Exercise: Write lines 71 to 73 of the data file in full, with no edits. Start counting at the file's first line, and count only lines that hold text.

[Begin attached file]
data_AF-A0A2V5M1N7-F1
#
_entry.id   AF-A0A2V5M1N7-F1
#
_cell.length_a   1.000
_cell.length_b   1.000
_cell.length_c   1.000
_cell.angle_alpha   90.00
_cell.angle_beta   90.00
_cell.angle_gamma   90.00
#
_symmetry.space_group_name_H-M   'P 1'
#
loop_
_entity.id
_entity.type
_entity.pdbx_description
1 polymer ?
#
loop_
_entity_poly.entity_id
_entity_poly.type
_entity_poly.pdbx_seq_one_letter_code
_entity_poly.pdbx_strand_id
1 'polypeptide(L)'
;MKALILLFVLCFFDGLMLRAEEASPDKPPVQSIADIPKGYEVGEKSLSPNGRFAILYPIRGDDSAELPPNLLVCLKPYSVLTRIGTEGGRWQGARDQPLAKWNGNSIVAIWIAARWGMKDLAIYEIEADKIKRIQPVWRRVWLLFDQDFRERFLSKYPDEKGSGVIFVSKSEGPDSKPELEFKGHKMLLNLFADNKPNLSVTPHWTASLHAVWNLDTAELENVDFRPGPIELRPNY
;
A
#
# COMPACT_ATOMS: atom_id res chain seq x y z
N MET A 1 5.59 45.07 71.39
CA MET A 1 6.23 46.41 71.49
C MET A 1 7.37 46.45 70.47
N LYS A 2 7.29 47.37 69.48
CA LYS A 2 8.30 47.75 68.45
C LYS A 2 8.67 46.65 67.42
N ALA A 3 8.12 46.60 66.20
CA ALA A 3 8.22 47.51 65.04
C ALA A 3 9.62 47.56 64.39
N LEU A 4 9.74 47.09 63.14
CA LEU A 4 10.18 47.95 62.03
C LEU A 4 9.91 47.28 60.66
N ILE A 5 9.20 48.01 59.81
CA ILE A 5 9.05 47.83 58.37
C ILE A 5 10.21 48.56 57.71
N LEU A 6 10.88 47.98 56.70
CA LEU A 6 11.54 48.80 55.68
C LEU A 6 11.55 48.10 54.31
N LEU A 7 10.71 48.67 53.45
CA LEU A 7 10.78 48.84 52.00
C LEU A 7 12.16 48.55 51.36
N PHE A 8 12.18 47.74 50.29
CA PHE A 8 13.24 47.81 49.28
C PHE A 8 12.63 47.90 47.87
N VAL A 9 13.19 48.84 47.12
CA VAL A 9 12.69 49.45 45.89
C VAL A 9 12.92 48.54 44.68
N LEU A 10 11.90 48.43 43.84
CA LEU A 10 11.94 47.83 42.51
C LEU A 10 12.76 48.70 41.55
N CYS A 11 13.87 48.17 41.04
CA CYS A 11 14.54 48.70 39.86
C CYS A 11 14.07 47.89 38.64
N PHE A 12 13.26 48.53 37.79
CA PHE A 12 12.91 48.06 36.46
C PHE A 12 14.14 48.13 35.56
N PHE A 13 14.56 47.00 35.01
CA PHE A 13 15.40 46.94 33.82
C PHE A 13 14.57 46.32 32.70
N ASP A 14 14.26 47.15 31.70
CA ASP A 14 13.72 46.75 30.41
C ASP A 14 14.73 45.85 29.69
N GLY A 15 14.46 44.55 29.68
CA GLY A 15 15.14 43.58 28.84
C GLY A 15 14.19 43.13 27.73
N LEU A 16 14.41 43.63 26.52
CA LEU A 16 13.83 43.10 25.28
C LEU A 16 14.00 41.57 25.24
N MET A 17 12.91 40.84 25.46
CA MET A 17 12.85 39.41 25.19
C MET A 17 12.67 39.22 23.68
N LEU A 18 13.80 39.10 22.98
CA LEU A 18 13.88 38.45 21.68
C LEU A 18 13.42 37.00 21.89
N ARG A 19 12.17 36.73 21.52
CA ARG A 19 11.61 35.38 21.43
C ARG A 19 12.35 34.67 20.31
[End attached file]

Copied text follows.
CA ASP A 14 13.72 46.75 30.41
C ASP A 14 14.73 45.85 29.69
N GLY A 15 14.46 44.55 29.68